As Ottawa Senators captain Brady Tkachuk and the rest of his team prepares for yet another early start to the golf season, it’s fair to ask what their performance this spring might reveal about their start to next season. Their fans are right to look toward the start of the 2022-23 season with trepidation. After all, appalling starts in their last two have relegated them to bottom-dweller status before the snows of November arrived in the nation’s capital.
With nine games remaining in a season in which the Senators have yet again been an easy two points for all but the lowliest of teams, their fans are looking for some comfort. There’s reason for hope, but also concern in what we’ve seen from them since early March.
The Senators Don’t Win Games They Should
Among the many things that should bother Senators’ general manager Pierre Dorion is that his team isn’t beating teams they should. In the 22 games they’ve played since March 1, they’ve come up against bottom-tier to middling teams in 17 of them. Of that number, they’ve lost 10 and won just 7.
What’s vexing for their fans is how they lost convincingly to league punching bags like the Montreal Canadiens and the Arizona Coyotes while putting up respectable efforts against top-tier teams and even managing to register a win against the St. Louis Blues (see 4-1 victory on March 8).
Difficulty winning games they should and notching surprise victories against top teams is the hallmark of bad hockey teams. They often score upset victories against strong teams because they are emotionally charged for those games while their league-leading opponents too often take them lightly or decide to take the night off. Against teams considered their equal, bad hockey clubs struggle to eke out wins since like them, their opponents are as desperate as they are.
Since March 1, the Senators have scored 62 goals and allowed 75 , notching a goals-for (GF) average per game of 2.82, which is just slightly better than their season average of 2.7. As for their goals-against (GA) per game average over that period, they gave up 3.52 per game, slightly worse than their season average of 3.41.
Since March 1, the Senators are 8-14-0 for a points percentage of .364, slightly worse than the .411 they’ve registered on the season. It can’t be said that the team has improved in the waning days of the season, but to be fair, injuries have wreaked havoc with their lineup. One can only wonder about their record had the likes of Drake Batherson, Thomas Chabot and Shane Pinto been in the lineup consistently since early March.
What’s more, with Jake Sanderson yet to make his NHL debut and young guns like Jacob Bernard-Docker and Lassi Thomson waiting in the wings to take their place in the roster, it’s unfair to draw too many conclusions about the Senators’ likely start next season based on their record since March 1. Even so, there are other reasons to worry.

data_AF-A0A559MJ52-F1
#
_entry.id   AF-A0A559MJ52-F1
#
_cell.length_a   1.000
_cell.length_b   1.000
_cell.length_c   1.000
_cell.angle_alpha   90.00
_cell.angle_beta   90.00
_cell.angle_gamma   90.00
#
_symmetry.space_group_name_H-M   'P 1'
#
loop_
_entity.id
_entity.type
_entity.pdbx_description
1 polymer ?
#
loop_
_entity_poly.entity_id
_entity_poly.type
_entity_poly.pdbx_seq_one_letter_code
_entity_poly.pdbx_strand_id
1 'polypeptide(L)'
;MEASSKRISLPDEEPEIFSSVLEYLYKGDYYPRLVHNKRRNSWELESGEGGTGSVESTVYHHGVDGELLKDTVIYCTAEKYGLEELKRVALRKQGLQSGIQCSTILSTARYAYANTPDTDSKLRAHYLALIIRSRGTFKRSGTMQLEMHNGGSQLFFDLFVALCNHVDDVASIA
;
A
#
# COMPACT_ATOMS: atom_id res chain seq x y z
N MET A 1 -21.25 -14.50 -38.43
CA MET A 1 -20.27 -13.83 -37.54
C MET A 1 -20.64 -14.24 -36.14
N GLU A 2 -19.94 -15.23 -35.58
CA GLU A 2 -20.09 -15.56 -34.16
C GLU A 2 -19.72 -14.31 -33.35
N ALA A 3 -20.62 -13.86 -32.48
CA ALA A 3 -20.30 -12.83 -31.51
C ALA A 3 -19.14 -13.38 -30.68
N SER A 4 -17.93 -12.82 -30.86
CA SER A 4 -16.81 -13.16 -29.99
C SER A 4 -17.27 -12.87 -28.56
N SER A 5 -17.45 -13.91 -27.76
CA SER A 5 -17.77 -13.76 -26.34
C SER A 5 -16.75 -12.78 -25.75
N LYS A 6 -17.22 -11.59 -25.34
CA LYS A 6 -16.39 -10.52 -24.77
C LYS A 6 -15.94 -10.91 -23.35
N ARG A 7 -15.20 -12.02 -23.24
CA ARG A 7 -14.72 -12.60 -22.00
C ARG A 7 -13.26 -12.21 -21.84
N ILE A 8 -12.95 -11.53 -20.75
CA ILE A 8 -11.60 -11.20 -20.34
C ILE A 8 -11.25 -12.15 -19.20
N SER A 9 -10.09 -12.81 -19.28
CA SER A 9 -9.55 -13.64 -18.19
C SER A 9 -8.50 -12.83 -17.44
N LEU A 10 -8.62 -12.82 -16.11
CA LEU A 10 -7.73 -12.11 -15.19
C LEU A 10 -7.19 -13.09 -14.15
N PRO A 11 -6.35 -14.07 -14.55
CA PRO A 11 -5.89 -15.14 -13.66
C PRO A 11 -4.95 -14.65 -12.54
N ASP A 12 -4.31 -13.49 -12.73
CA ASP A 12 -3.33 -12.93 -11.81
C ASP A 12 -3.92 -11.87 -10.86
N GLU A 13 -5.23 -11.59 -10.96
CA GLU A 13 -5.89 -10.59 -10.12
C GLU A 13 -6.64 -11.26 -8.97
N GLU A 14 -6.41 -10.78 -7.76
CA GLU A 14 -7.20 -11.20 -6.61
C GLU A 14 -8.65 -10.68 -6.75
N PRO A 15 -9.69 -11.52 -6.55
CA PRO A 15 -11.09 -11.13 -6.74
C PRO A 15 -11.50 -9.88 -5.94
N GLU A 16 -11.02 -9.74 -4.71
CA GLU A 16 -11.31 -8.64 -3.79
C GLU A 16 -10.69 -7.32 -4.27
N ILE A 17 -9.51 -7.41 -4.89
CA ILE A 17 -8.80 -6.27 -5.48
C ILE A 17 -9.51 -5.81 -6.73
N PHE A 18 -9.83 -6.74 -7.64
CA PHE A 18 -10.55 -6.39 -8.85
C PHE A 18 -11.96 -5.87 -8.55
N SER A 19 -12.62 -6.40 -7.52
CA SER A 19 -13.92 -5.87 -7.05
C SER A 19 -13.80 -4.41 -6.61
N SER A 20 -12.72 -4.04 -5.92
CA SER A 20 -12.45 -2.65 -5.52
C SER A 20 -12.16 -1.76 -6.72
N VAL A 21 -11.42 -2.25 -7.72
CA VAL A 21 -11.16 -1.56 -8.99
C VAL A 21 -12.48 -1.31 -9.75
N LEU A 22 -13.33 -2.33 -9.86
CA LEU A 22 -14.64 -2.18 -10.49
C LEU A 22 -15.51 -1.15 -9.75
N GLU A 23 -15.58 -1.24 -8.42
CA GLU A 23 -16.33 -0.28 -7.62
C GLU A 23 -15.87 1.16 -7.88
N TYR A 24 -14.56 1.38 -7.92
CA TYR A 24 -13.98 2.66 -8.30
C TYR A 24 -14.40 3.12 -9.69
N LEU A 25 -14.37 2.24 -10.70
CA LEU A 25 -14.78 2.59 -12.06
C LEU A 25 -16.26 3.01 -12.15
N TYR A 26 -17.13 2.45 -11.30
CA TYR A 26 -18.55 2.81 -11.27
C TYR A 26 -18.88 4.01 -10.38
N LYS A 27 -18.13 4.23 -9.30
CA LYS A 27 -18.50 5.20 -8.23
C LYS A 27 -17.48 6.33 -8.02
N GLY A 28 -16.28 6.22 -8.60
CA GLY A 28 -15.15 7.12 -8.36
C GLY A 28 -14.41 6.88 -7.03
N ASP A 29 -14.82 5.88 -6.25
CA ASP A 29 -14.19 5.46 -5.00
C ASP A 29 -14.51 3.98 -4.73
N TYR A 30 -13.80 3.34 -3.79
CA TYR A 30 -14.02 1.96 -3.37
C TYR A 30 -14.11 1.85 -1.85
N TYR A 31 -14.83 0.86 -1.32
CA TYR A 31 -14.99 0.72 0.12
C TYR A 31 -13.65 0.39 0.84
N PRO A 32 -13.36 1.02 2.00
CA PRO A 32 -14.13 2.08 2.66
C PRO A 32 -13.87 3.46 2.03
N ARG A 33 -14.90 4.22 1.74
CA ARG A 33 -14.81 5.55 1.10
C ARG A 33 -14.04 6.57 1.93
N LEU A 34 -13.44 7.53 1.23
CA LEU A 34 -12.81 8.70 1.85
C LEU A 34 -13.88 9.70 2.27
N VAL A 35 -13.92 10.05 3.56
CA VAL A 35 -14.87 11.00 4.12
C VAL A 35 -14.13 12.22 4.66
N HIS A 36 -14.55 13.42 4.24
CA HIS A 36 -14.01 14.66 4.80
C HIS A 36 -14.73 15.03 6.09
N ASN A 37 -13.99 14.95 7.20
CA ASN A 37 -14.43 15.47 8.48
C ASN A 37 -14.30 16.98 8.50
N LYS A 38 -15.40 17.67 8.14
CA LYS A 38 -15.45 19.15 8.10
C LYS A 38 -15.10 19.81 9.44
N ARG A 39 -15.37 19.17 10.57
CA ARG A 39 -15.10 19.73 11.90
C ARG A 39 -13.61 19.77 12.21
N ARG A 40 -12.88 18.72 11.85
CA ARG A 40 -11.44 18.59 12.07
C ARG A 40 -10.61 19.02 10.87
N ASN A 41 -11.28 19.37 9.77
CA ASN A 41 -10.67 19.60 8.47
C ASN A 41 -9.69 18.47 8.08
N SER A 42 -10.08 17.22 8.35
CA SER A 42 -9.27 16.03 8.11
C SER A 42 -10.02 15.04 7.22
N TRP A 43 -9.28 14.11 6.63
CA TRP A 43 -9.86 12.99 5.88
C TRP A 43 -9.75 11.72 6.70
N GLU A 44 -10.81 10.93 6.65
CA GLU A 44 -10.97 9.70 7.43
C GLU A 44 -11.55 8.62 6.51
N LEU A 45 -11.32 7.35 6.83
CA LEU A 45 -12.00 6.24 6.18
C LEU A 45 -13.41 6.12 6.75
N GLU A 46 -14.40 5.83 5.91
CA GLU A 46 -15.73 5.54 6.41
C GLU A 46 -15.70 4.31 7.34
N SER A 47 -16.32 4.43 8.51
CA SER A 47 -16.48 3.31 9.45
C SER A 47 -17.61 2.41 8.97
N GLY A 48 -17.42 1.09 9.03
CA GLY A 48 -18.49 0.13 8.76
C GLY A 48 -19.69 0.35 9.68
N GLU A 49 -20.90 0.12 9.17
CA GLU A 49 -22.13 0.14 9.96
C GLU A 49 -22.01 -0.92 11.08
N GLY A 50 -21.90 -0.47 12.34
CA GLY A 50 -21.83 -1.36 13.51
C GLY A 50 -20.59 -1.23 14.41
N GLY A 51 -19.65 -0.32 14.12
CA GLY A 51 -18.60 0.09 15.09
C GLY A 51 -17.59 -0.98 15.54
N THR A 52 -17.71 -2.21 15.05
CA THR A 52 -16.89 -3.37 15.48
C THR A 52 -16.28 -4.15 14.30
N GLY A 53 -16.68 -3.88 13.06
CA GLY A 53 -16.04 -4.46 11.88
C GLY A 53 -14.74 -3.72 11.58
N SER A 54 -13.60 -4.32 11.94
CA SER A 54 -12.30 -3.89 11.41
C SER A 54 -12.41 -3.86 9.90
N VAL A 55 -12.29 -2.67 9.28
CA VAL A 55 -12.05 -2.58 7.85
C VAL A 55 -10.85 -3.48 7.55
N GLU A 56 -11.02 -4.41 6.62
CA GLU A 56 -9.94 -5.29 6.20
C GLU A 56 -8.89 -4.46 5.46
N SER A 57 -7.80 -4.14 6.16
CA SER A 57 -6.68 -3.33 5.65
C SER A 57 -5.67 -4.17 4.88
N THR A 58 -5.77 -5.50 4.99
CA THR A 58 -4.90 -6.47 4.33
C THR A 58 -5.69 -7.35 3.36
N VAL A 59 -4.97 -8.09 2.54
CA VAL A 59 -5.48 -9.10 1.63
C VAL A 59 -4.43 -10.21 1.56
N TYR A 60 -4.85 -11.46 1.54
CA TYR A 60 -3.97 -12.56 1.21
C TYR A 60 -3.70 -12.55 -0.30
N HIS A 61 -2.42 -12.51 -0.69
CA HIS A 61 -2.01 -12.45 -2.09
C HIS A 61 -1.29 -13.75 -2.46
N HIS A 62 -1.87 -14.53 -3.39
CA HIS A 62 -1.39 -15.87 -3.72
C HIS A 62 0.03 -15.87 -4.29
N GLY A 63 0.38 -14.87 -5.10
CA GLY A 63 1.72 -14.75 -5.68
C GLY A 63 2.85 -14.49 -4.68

Goaltending is Senators’ Achilles Heel
The Senators found themselves out of playoff contention in the last two seasons before their first 20 games were played. In 2020-21, they were an appalling 5-14-1 after 20 games. This season, with Dorion having declared the five-year rebuild over and the team widely expected to transition to respectability, they posted an even worse 4-15-1. Sympathetic fans pointed to several explanations for their poor starts, but there is no denying that crummy goaltending was a major factor.
Anyone trying to glean some insight into the Senators’ likely start next season will want to see starting goaltender Matt Murray in action in at least a few of his team’s remaining nine games. It’s doubtful he’ll exit the injured reserve list before season’s end, but he is reported to be skating and taking shots.
Given the combination of Murray’s poor performance over the last two seasons combined with his constant injuries, nobody could blame Dorion or Senators’ head coach D.J. Smith for wondering whether he can become the goaltender who they believed would anchor their young team and give them the confidence they need to develop. He simply hasn’t provided the Senators with the reliability they need between the pipes.
Senators fans can take heart that whatever happens with Murray, Anton Forsberg has been signed to a three-year contract extension with an average annual value (AAV) of $2.75 million. He has stood tall in the net for his team since Murray was injured in early March. With a save-percentage (SV%) of .917 and a goals-against average (GAA) of 2.75, he is a respectable NHL starting twine-minder. Of goaltenders who’ve played 40 games this year, his SV% puts him at ninth overall in the league.
Forsberg has managed to keep other teams near the three-goal mark in most of the games he’s played. That’s crucial for a team like Ottawa that struggles to put up goals.